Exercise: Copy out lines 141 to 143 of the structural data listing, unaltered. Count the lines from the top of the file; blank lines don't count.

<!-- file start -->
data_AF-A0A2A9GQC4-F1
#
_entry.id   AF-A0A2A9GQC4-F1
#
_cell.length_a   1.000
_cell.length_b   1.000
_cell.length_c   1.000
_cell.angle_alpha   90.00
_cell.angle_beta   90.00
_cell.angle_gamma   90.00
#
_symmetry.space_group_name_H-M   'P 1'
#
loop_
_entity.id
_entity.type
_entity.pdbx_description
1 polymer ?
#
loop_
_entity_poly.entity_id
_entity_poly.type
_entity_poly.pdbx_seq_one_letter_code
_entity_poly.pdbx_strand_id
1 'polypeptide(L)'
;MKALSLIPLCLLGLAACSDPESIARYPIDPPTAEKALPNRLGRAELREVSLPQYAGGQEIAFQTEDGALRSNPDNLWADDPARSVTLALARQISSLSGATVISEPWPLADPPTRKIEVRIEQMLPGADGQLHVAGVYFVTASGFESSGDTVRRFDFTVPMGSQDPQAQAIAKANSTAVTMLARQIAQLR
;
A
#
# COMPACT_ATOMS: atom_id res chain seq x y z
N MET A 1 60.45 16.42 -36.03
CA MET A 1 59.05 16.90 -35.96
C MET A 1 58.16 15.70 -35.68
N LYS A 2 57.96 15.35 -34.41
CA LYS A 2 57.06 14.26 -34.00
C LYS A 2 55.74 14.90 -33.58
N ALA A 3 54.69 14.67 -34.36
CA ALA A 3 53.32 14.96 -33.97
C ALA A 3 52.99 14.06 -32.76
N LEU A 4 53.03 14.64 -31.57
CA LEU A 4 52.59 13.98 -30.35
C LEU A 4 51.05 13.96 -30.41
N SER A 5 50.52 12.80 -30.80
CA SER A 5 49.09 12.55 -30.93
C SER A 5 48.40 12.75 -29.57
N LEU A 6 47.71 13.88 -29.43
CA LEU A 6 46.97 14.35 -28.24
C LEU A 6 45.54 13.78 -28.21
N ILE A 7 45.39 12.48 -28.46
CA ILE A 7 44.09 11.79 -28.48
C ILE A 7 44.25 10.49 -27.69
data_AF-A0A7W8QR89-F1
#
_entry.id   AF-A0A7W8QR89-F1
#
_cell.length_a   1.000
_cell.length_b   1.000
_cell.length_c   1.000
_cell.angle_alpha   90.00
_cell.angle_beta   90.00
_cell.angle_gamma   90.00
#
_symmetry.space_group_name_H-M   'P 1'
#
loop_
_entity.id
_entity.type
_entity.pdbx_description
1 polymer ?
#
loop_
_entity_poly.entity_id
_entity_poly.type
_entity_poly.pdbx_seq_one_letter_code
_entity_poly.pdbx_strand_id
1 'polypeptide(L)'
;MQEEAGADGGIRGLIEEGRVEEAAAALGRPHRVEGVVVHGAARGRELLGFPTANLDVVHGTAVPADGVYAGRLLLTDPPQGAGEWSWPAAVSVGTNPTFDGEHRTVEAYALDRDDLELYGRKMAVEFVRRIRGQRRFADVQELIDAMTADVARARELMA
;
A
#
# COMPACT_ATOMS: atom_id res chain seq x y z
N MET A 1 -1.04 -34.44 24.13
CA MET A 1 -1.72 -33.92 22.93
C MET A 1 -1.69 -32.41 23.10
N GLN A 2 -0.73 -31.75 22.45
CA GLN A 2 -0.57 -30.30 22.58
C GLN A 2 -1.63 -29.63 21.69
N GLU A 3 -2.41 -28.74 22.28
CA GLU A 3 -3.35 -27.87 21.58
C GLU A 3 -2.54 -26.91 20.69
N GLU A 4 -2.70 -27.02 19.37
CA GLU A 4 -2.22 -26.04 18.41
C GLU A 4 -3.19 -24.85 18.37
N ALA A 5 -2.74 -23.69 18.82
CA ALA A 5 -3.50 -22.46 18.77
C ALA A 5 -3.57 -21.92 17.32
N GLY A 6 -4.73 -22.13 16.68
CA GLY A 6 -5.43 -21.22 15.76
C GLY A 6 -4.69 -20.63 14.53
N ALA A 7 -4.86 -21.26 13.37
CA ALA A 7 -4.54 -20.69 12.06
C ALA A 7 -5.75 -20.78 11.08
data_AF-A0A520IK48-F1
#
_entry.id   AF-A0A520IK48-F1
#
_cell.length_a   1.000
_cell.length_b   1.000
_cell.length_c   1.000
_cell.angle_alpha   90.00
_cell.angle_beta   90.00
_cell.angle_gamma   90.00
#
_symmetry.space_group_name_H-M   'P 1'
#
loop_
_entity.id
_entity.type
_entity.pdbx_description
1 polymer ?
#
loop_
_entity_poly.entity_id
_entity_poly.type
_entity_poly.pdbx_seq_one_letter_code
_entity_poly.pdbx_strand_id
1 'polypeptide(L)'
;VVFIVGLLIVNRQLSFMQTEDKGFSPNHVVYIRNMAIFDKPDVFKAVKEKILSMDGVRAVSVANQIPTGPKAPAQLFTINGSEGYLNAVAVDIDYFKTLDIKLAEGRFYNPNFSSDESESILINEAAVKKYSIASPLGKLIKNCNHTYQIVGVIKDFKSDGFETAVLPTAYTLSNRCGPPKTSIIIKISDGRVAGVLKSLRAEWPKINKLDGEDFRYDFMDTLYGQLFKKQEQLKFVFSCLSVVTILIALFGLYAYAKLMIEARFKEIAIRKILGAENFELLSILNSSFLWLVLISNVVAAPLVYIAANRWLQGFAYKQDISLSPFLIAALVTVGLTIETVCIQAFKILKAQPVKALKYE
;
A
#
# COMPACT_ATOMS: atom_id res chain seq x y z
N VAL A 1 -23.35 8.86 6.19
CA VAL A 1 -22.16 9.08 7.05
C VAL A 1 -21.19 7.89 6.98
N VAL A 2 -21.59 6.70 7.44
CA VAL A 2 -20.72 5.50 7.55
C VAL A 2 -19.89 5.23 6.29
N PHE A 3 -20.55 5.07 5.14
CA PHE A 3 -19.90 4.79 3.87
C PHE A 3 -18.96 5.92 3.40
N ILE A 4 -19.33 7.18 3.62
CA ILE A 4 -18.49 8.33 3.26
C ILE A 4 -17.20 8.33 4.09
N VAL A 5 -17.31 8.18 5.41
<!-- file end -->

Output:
C PHE A 3 -18.96 5.92 3.40
N ILE A 4 -19.33 7.18 3.62
CA ILE A 4 -18.49 8.33 3.26